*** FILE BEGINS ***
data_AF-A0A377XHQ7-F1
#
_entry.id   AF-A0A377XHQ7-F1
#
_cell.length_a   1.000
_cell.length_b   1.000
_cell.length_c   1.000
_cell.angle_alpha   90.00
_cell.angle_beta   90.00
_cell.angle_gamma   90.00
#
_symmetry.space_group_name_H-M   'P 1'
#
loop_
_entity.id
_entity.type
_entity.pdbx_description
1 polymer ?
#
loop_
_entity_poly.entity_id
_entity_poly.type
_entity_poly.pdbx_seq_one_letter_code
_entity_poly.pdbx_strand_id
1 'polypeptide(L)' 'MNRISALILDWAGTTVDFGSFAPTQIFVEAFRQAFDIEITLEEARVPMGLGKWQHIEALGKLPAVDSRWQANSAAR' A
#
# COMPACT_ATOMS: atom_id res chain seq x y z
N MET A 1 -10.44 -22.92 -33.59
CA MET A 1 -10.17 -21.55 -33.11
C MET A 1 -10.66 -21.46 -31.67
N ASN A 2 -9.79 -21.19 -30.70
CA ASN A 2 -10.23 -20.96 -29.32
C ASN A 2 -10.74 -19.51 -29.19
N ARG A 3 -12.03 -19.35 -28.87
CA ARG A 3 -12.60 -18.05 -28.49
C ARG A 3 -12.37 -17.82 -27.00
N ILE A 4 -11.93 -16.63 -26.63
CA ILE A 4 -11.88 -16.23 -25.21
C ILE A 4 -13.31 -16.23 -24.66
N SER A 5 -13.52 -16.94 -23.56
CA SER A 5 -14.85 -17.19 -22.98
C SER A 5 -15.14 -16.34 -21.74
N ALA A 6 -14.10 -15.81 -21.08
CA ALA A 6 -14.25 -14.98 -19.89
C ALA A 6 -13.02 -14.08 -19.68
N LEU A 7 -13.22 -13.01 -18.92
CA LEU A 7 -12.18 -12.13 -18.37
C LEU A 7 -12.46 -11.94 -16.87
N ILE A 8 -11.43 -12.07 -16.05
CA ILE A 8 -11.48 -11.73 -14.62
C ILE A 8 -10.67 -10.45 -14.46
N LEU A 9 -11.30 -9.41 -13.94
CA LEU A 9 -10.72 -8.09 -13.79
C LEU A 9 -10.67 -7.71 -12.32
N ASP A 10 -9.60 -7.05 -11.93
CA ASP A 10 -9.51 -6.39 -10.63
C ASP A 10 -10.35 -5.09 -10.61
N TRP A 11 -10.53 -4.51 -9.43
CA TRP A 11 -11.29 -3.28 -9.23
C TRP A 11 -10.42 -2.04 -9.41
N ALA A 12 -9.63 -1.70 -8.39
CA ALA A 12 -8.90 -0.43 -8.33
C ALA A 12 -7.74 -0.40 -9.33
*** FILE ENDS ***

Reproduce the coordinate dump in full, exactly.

data_AF-A0A377XHQ7-F1
#
_entry.id   AF-A0A377XHQ7-F1
#
_cell.length_a   1.000
_cell.length_b   1.000
_cell.length_c   1.000
_cell.angle_alpha   90.00
_cell.angle_beta   90.00
_cell.angle_gamma   90.00
#
_symmetry.space_group_name_H-M   'P 1'
#
loop_
_entity.id
_entity.type
_entity.pdbx_description
1 polymer ?
#
loop_
_entity_poly.entity_id
_entity_poly.type
_entity_poly.pdbx_seq_one_letter_code
_entity_poly.pdbx_strand_id
1 'polypeptide(L)' 'MNRISALILDWAGTTVDFGSFAPTQIFVEAFRQAFDIEITLEEARVPMGLGKWQHIEALGKLPAVDSRWQANSAAR' A
#
# COMPACT_ATOMS: atom_id res chain seq x y z
N MET A 1 -10.44 -22.92 -33.59
CA MET A 1 -10.17 -21.55 -33.11
C MET A 1 -10.66 -21.46 -31.67
N ASN A 2 -9.79 -21.19 -30.70
CA ASN A 2 -10.23 -20.96 -29.32
C ASN A 2 -10.74 -19.51 -29.19
N ARG A 3 -12.03 -19.35 -28.87
CA ARG A 3 -12.60 -18.05 -28.49
C ARG A 3 -12.37 -17.82 -27.00
N ILE A 4 -11.93 -16.63 -26.63
CA ILE A 4 -11.88 -16.23 -25.21
C ILE A 4 -13.31 -16.23 -24.66
N SER A 5 -13.52 -16.94 -23.56
CA SER A 5 -14.85 -17.19 -22.98
C SER A 5 -15.14 -16.34 -21.74
N ALA A 6 -14.10 -15.81 -21.08
CA ALA A 6 -14.25 -14.98 -19.89
C ALA A 6 -13.02 -14.08 -19.68
N LEU A 7 -13.22 -13.01 -18.92
CA LEU A 7 -12.18 -12.13 -18.37
C LEU A 7 -12.46 -11.94 -16.87
N ILE A 8 -11.43 -12.07 -16.05
CA ILE A 8 -11.48 -11.73 -14.62
C ILE A 8 -10.67 -10.45 -14.46
N LEU A 9 -11.30 -9.41 -13.94
CA LEU A 9 -10.72 -8.09 -13.79
C LEU A 9 -10.67 -7.71 -12.32
N ASP A 10 -9.60 -7.05 -11.93
CA ASP A 10 -9.51 -6.39 -10.63
C ASP A 10 -10.35 -5.09 -10.61
N TRP A 11 -10.53 -4.51 -9.43
CA TRP A 11 -11.29 -3.28 -9.23
C TRP A 11 -10.42 -2.04 -9.41
N ALA A 12 -9.63 -1.70 -8.39
CA ALA A 12 -8.90 -0.43 -8.33
C ALA A 12 -7.74 -0.40 -9.33